When our president tells us that the phrase “outrage to human dignity” is too “vague” to understand, he is telling us that the “cruel and unusual punishment” forbidden by the Eighth Amendment is potentially too “vague” to understand as well. Our government currently practices “waterboarding” in the mini-gulag, as Dick Cheney freely admits–I think because, of all the torture methods in our arsenal, waterboarding has a summer-fun sound that sells it. The reality behind it is the infliction of repeated brink-of-death drowning experiences to a person bound to a rack or board. Can the Supreme Court be expected to find waterboarding “cruel” or “unusual” in future cases involving other—perhaps domestic–contexts? Why shouldn’t an individual state employ upon its criminals what the federal government employs upon its putative terrorist suspects? You can make your own tour of the Bill of Rights and the Declaration of Independence to find numerous other instances of language too vague to be understood.

But why stop at political documents? Let’s go on to the Bible, which is, after all, the only book that Bush admits to consulting on a regular basis. Bush’s vagueness concerns do seem to be borne out by the words of Jesus (Matthew 5:7-9): “Blessed are the merciful, for they shall obtain mercy. Blessed are the pure in heart, for they shall see God. Blessed are the peacemakers, for they shall be called God’s sons.” But then again, what is “mercy,” what is “pure,” and aren’t “peacemakers” soft on terrorism? Why read the Bible? It can’t guide us any more clearly than can the Geneva Conventions.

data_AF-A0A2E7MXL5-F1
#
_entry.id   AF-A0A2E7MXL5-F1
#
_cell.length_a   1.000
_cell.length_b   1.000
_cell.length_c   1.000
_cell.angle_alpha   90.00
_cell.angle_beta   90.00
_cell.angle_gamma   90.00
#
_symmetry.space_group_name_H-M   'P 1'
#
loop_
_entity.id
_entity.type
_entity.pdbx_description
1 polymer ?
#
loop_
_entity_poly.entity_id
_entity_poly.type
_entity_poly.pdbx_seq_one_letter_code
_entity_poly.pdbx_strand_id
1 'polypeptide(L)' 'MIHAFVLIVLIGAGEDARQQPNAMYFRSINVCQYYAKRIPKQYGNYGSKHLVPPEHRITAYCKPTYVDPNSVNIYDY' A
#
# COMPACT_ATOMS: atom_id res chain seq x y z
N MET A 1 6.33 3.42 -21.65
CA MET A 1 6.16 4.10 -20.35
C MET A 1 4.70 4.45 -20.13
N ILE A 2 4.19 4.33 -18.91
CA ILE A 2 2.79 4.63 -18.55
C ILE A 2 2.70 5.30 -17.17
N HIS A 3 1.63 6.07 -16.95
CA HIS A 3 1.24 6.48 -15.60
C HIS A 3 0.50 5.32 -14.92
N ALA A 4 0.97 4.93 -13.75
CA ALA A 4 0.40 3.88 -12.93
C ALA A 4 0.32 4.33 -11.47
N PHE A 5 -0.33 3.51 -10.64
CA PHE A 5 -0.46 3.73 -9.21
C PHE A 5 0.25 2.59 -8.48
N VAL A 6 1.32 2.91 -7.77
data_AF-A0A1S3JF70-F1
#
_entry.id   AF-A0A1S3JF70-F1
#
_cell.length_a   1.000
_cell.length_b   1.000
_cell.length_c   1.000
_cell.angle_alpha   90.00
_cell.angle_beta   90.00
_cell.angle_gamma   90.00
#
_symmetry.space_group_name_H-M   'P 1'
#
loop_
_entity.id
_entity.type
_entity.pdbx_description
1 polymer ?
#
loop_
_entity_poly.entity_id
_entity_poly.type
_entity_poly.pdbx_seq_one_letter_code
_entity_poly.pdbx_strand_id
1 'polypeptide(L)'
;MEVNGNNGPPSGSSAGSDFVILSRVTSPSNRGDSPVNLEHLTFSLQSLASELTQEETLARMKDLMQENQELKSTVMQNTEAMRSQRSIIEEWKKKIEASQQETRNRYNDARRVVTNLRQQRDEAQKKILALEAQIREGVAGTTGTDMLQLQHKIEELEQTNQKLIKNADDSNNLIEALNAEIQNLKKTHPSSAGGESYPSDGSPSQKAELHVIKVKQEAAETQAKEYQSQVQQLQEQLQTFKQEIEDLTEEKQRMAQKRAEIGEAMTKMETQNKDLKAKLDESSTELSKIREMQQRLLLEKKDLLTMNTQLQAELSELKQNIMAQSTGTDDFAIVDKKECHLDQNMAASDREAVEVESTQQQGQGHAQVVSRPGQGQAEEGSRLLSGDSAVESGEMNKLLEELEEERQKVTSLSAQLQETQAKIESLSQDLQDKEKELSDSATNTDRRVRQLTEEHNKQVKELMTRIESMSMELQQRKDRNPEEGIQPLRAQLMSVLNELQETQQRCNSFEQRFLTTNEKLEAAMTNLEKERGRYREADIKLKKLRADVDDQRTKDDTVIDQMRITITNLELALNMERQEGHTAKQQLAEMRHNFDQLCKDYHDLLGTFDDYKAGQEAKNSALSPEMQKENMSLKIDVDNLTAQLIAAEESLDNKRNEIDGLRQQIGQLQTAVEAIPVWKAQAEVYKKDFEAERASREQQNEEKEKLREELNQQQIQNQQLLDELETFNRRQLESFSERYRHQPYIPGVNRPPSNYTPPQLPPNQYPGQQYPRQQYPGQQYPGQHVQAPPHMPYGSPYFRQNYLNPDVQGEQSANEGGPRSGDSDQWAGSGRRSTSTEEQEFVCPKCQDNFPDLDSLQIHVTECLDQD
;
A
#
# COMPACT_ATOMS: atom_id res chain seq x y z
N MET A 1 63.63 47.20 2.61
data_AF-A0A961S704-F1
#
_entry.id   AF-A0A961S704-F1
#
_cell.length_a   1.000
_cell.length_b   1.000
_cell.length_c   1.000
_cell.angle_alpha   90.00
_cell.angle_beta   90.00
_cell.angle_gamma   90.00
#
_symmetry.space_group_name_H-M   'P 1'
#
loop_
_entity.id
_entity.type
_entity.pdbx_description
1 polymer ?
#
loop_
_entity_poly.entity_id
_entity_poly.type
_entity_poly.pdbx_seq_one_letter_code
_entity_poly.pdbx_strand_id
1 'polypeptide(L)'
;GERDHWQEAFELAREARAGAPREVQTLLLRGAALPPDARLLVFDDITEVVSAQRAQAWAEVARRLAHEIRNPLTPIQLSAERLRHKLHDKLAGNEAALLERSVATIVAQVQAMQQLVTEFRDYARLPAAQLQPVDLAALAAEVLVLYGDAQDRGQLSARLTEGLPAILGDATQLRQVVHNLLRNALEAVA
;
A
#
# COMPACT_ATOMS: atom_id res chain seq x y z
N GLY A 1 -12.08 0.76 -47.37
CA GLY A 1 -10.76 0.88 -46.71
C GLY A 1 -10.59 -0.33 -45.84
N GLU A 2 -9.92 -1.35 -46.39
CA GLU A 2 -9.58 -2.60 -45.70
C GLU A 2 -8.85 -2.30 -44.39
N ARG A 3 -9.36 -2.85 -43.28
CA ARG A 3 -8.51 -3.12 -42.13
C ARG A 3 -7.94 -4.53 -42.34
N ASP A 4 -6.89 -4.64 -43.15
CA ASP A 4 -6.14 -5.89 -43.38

Bush has not said whether he will ask Jesus for help with Common Article III. It is possible, given the violence done to the teachings of Jesus over two millennia, that Bush’s Jesus might give Bush the go-ahead he wants. There are papal bulls aplenty that justified the tortures of the Inquisition. When, in 1484, Pope Innocent VIII put the imprimatur on the spirited interrogation of witches, he explained, in the manner of a Gospel parable, that “when all errors are uprooted by Our diligent avocation as by the hoe of a provident husbandman, a zeal for, and the regular observance of, Our Holy Faith will be all the more strongly impressed upon the hearts of the faithful.”

Be it a hoe or a waterboard, we’re living in a political time in which those who are opposed to torture are accused of breaching the Holy Faith of patriotism. Our language, our values, have been torn away from their meanings and become the babbling talking points of brazen fools. All of us need to pay attention, to think and speak and write as if words matter and human dignity exists.